Grandpa and Dad doing the workWhen people feel alienated and socially excluded, they are at risk for depression and anxiety. When they think that they aren’t part of their community, they may use unhealthy ways to connect or not feel the loneliness.

The more isolated they become the more difficult it is to be around people or reach out. Some may believe that they have nothing to offer. They avoid people despite their loneliness. The more isolated they are and the longer the isolation continues, the more negative their thinking and the more entrenched the avoidance behavior becomes.

What type of  healthy coping skill can help?  It’s not possible to suddenly feel like you have friends or to find a loving partner. You can’t suddenly create a close family. This is the situation that many emotionally sensitive people who suffer from depression may experience.

Volunteering seems to be one of the best activities to overcome isolation and alienation. Volunteering offers a way to feel like a valued member of a community and provides important connections with others. Through volunteering, individuals see that they can make a difference in the lives of others or animals and are needed.

They are connected with others, feel valued, and may develop a greater sense of autonomy. People who volunteer change their views of themselves to a more positive one.  They have an opportunity to learn new social skills and to practice those skills. There may even be positive results in the physical health of those who volunteer.

Depending on the type of volunteering you do, it may also offer a way of having fun. Maybe you could volunteer in an area that you are passionate about. When you are doing an activity that you find interesting, it can increase your energy and replenish your motivation. Some learn business skills that help them in their careers.

Volunteering can offer many benefits. What stops people from participating?

Sometimes there are too many choices. Too many choices can be overwhelming. Web pages listing local opportunities are sometimes very lengthy. Choosing one opportunity from many  can seem too difficult. It’s easier to just give up, especially when you’re having difficulty concentrating anyway.

Change is difficult. I don’t think I can overemphasize how difficult it is to change your behavior. That law in physics that says that an object at rest tends to stay at rest comes to mind. People who are isolated tend to stay in isolation. The energy it takes to do anything different is tremendous and sometimes feels like it’s just too much to attempt. Plus, even though the status quo may not be pleasant, at least you know what it’s like. It’s familiar.  The unknown may be worse. The unknown is frightening.

Fear can stop your best efforts. Fear of rejection, fear of not knowing what to do, fear that you won’t be able to do what is asked of you, fear of people–there are so many fears that can cripple your efforts to take part in an activity that will benefit you. Unfortunately, waiting for the fear to go away is unlikely to work. Overcoming fear of an activity usually means doing the action that scares you.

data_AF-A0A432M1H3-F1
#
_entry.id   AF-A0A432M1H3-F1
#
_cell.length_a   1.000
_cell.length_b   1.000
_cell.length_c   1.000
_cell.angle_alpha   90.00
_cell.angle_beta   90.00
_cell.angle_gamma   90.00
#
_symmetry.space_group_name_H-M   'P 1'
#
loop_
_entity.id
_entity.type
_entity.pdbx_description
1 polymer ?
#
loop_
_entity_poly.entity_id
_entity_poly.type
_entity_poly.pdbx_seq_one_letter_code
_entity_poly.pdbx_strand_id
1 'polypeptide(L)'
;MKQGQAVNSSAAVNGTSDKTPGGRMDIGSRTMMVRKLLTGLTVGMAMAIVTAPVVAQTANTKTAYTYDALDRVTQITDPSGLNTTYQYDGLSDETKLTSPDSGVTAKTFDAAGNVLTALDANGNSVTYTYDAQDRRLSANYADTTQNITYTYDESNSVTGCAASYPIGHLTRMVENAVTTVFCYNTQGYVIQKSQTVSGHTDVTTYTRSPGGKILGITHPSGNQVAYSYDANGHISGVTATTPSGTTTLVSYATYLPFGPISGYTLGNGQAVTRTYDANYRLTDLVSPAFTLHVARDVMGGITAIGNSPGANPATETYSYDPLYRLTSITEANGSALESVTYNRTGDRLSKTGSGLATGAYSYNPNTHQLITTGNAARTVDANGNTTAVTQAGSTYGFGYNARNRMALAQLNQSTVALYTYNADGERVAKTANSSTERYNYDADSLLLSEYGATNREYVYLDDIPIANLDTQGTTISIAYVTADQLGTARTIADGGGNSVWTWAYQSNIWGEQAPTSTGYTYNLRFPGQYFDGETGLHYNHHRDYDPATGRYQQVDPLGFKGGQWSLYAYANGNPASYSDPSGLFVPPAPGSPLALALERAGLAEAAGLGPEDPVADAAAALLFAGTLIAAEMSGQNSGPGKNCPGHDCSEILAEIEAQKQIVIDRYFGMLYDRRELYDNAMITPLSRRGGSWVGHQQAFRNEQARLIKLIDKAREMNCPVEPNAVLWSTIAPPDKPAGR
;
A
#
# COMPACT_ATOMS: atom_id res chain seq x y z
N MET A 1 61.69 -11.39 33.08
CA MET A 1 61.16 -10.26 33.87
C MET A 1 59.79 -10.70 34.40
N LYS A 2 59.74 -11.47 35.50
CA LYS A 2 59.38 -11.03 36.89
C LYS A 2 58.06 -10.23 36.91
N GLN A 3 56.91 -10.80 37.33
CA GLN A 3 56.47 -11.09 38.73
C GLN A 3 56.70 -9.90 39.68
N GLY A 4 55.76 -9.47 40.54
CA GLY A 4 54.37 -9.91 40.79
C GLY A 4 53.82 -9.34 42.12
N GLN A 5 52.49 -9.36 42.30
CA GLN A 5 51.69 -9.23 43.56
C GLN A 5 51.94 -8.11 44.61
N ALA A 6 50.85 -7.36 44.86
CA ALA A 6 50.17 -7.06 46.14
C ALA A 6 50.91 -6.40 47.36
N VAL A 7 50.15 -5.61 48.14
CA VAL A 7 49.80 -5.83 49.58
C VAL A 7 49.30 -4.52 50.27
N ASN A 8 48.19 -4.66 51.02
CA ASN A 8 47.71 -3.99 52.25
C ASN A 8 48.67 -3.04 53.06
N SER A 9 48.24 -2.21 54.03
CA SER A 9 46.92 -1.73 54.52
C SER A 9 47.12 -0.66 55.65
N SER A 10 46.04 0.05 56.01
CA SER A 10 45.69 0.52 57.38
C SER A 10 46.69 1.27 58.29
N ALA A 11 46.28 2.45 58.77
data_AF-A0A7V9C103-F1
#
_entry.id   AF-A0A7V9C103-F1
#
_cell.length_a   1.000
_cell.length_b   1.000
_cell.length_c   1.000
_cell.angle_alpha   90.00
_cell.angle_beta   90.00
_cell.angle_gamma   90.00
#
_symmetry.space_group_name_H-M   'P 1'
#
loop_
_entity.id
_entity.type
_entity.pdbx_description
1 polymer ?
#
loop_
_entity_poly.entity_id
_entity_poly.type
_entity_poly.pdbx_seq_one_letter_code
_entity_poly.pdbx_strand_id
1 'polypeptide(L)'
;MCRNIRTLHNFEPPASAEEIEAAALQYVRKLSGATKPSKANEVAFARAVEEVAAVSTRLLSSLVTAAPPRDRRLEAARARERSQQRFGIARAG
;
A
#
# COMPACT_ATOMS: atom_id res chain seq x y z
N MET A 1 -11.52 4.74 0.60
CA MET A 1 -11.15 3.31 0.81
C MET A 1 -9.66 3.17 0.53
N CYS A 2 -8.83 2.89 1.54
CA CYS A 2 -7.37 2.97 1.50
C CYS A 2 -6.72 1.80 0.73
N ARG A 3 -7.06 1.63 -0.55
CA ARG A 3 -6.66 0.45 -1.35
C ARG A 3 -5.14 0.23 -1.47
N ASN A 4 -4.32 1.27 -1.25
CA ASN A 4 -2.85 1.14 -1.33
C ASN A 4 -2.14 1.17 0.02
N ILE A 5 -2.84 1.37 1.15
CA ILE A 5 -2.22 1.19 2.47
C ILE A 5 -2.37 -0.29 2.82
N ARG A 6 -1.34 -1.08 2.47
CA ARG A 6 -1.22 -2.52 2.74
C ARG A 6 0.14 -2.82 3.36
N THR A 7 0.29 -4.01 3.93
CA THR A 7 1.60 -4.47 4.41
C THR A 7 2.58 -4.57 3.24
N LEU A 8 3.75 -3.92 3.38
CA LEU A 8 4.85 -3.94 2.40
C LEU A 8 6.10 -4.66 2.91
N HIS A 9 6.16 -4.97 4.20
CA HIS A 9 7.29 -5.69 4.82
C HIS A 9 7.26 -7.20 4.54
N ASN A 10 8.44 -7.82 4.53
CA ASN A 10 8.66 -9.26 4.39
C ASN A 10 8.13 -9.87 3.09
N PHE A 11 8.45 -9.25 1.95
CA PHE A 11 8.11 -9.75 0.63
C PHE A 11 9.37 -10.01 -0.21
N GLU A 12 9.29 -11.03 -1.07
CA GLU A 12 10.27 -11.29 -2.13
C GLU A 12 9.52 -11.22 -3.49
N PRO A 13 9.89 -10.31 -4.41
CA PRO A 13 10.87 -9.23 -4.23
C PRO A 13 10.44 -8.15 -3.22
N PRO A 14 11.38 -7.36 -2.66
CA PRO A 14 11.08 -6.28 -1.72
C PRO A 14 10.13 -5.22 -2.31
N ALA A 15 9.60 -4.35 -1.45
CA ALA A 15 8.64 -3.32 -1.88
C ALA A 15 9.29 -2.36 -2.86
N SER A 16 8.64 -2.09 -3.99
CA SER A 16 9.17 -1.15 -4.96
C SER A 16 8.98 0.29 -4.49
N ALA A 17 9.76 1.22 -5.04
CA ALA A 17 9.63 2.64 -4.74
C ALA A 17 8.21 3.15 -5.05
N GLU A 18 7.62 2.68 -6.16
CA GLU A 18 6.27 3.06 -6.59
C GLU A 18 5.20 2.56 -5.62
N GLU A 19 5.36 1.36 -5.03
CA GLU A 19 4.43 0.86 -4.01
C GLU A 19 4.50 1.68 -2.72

Fatigue keeps you trapped.  Depression and anxiety zap your energy. You may be feeling chronically tired so that it seems impossible to be active in volunteering. You can’t move off the couch, how could you help repair someone’s house? Becoming more active builds energy and helps you overcome lethargy. But that first step may seem impossible.

Lack of belief and hope.  If you don’t think volunteering will help, then it would be difficult to overcome the fear, lethargy or other concerns that keep you from trying it. Part of the viciousness of mood disorders is that lack of hope.

Perhaps you’ve hoped many times before and been disappointed. This is where making a commitment comes in. Making a commitment, a full-hearted commitment, helps you overcome the obstacles and is a critical part of any recovery.

Going through the motions will not work well, though if that’s all you can do, then that’s a start. If that’s where you are, remember to keep going to the point where you are actively involved in the activity you chose. Being fully committed is necessary to get the results you want.


Note to readers:  If you are emotionally sensitive (whether somewhat or a lot!) please consider taking a brief survey to help us learn more: . Thank you!

Creative Commons License photo credit: StartAgain


Karyn Hall, PhD

Karyn Hall, Ph.D. is the owner/director of the Dialectical Behavior Therapy Center in Houston, a DBT-Linehan Board of Certification, Certified Clinician, a RO DBT Approved Supervisor and Trainer and owner of, an online educational program. She is a trainer/consultant as well as a therapist and certified coach, author of The Emotionally Sensitive Person, SAVVY, Mindfulness Exercises for DBT Therapists, and co-author of The Power of Validation. Her podcast, The Emotionally Sensitive Person, is available on iTunes.

10 comments: View Comments / Leave a Comment



APA Reference
Hall, K. (2012). Volunteering. Psych Central. Retrieved on February 17, 2020, from


Last updated: 1 Mar 2012
Statement of review: Psych Central does not review the content that appears in our blog network ( prior to publication. All opinions expressed herein are exclusively those of the author alone, and do not reflect the views of the editorial staff or management of Psych Central. Published on All rights reserved.